Out of sight out of mind

A common workplace challenge is when most leaders are based out of one location – corporate or head office. This is further complicated when there is a global corporate office and then there is a country head-office. Teams located elsewhere often feel left out of action and decision making. Many times they even suffer delayed promotions, less exciting work and in extreme cases they end up being executioners even when at senior and supposedly strategic levels. There are things organizations are already doing to manage this challenge and there is a lot that can be done.
The organizations need to restructure to capitalize effectively on all the capabilities and not ignore teams they don’t see on daily basis.

Some of the things organizations are doing to overcome this challenge.  

1.      Leaders travel often – This has lots of benefits. Collect air-miles, have lavish dinners and on more serious note, spend time with team and network with clients or potential clients. Also keeps leaders updated on local market and trends. The biggest drawback is they get a skewed view of the team because they have to depend on what people say and can’t observe things themselves.

 

2.      Regular team calls – This is such a eyewash in most cases, it is disappointing. There are effective team calls but they are rare. The challenge is when most of the team is co-located and others are away. Everyone is in a room and a few people on phone are completely left out. In one of my research, a leader pointed out that leaders need to create common platform. For example, get everyone on conference from their desk and not have some people in a room and others on call.

 

3.      Distributed responsibility and empowerment – This is what makes distances work. The challenge here is incorrect understanding of empowerment. Distributing responsibility should include encouraging distant teams to take lead on some projects/ activities and not just tell them what to do from a distance.

 

What more can be done  

The short answer is to have strong leaders. There is a lot that organizations and leaders can do to create a truly inclusive culture.
 

1.      Decentralize and distribute leaders: This is around restructuring organization and I strongly feel is the way to go ahead. Get rid of the concept of corporate office or head office. This also means evenly distribute leaders across locations. The challenge then will be that teams in business units with their leader co-located might get benefited. This can be countered through effective communication leaders can establish with their teams, by efficient performance evaluation system and by ensuring strong advocates at local level within the team or with the talent/HR team. This will at the least get rid of a particular office feeling silo-d. It is normal to have a mix of happy and unhappy teams. In distanced office, people influence each other fairly easily into being unhappy with lack of leader availability.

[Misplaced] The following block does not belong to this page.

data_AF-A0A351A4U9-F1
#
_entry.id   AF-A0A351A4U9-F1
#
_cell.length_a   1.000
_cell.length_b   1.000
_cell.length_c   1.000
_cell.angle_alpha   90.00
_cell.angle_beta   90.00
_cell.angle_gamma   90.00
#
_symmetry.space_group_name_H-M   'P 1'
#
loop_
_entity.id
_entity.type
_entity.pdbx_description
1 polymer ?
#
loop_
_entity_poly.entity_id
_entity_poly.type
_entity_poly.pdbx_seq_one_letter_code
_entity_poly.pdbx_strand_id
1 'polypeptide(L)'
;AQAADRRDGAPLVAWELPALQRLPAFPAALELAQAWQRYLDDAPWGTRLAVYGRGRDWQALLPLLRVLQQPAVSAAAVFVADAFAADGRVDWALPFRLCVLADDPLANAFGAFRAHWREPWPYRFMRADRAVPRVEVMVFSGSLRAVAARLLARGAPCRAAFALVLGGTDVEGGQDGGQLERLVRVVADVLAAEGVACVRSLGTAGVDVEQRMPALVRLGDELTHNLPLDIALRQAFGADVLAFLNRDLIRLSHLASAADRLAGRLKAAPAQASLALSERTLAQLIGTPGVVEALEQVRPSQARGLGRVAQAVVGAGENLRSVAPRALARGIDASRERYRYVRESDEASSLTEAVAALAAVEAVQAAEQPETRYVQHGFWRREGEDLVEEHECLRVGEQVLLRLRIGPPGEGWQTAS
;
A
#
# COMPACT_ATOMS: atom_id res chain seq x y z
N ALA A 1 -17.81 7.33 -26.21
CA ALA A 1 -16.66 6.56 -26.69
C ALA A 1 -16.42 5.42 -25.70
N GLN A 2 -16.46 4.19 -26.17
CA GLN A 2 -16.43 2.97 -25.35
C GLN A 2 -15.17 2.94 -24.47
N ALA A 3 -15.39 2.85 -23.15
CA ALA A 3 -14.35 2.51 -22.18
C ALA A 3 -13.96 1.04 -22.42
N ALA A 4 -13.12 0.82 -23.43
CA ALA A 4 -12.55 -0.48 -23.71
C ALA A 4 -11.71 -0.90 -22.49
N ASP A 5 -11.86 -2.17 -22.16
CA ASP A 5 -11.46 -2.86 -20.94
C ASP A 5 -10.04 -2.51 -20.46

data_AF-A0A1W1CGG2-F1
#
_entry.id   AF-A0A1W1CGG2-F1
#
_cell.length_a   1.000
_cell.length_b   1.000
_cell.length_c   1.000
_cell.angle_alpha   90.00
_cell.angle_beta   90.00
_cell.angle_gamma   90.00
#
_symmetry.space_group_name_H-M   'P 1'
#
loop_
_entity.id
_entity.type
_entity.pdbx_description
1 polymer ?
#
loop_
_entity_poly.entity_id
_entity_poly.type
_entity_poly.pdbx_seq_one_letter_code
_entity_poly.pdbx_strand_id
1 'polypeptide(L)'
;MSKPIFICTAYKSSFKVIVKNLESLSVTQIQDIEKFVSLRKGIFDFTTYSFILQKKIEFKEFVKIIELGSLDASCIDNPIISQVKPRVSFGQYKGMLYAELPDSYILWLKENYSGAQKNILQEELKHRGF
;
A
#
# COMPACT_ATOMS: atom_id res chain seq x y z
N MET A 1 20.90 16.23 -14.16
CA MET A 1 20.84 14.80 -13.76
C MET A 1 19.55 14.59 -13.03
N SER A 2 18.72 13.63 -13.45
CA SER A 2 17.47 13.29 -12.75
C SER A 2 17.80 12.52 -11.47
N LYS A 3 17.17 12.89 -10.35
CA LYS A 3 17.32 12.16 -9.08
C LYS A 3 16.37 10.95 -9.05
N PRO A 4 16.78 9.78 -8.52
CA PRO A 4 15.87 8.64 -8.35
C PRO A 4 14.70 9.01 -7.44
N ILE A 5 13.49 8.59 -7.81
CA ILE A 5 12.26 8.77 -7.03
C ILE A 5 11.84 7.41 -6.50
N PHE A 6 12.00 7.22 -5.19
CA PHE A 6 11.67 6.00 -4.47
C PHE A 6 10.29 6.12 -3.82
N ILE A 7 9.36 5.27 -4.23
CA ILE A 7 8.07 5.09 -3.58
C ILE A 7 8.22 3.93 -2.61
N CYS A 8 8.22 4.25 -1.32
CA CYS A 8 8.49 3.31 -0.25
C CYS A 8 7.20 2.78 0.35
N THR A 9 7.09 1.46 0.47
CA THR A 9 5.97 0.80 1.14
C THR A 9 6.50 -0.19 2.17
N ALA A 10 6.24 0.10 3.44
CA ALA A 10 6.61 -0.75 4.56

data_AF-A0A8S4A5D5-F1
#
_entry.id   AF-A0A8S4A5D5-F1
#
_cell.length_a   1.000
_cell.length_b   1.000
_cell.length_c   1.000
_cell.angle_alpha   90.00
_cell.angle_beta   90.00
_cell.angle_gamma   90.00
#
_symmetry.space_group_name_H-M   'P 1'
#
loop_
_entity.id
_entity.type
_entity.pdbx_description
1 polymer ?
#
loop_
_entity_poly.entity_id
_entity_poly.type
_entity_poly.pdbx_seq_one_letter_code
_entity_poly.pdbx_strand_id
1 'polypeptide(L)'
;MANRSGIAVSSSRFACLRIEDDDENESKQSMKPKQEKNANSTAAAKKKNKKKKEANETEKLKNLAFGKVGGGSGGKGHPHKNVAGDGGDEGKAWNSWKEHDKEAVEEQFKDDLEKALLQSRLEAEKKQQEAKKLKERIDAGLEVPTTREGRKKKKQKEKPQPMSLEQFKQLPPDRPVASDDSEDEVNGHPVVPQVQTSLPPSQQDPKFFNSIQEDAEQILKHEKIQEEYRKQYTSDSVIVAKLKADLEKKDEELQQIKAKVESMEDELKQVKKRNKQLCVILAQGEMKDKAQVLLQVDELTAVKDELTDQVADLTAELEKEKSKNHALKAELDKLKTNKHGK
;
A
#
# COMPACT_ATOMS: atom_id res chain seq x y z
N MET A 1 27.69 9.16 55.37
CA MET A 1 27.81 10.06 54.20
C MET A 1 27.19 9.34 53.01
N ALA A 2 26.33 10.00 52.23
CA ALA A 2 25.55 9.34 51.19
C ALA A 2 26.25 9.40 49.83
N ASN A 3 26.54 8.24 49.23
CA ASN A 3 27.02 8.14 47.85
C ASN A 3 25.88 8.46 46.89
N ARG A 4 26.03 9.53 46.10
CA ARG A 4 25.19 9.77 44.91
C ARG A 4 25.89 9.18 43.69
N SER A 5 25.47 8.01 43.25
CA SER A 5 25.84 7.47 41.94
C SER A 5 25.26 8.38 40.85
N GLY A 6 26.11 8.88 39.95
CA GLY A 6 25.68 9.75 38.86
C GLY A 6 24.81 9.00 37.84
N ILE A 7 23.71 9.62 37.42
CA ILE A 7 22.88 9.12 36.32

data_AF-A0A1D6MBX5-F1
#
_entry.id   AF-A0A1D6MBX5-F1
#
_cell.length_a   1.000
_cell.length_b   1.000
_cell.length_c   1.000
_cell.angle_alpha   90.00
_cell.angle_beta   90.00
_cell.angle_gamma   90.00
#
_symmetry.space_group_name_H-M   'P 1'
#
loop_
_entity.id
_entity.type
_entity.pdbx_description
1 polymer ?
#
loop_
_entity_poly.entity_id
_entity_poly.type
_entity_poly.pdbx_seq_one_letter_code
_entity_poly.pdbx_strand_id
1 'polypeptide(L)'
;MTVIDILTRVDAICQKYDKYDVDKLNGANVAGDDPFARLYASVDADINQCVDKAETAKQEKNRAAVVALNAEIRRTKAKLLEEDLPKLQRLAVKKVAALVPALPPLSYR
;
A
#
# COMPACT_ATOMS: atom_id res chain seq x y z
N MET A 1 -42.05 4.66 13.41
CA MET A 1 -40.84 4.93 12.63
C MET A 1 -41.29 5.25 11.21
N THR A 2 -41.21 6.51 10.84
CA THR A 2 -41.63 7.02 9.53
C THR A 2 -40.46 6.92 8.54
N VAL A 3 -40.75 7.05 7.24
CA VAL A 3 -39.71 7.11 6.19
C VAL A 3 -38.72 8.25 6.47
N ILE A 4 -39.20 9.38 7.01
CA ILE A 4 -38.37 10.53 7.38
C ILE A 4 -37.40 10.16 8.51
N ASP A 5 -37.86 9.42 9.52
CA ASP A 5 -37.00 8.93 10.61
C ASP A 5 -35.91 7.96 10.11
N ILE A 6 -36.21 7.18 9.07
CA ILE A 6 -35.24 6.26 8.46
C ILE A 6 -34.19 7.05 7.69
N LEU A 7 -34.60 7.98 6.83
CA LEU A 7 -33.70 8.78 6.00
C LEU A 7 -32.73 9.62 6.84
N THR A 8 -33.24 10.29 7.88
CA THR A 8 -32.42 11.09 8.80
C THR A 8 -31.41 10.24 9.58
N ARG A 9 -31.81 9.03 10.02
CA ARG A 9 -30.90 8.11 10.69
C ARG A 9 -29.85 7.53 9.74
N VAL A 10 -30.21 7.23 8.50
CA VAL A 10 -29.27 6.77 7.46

2.      Revert to old structure of co-located teams: Many organizations I have seen (including the large supposed to be awesome places to work) have great policies and practices on paper but are not able to implement them. They may have regular team meetings but what happens in the meeting may be a disaster. If you can’t deal with it, it is better to stick to old structures of maintaining a single office and small sales offices to manage clients. It is worse to have internal conflicts and an office full of dissatisfied teams or worse still high attrition rates.

 

3.      Distributed decision making: The concept of distributed responsibility needs to go a step ahead to distributed decision making. Distributed decision making requires empowerment and trust. I will define empowerment in my next post because it is another misinterpreted concept requiring dedicated post. Distributed decision making can be achieved by providing a framework and allowing teams to use their discretion for decision making and execution. This should be enhanced by providing a forum to share success stories.

 

4.      Optimal utilization of performance management systems: There is a reason many people do not have faith in performance management systems. The system is manipulated by leaders so often that teams don’t know what to trust. Performance systems need to be strongly supported by talent/HR teams for them to be truly effective and fairly unbiased.

 

5.      Knowledge sharing: This is required even when the teams are co-located. Knowledge sharing opportunities enable learning from others and showcase what people are doing. This should be taken seriously. When leaders involve themselves in these activities, they bring in seriousness to it. They also need to be an observer and allow teams to interact with each other. This provides them with a good understanding of strengths of their team members and keeps them updated on how the team members are evolving their capabilities.

 

 

 
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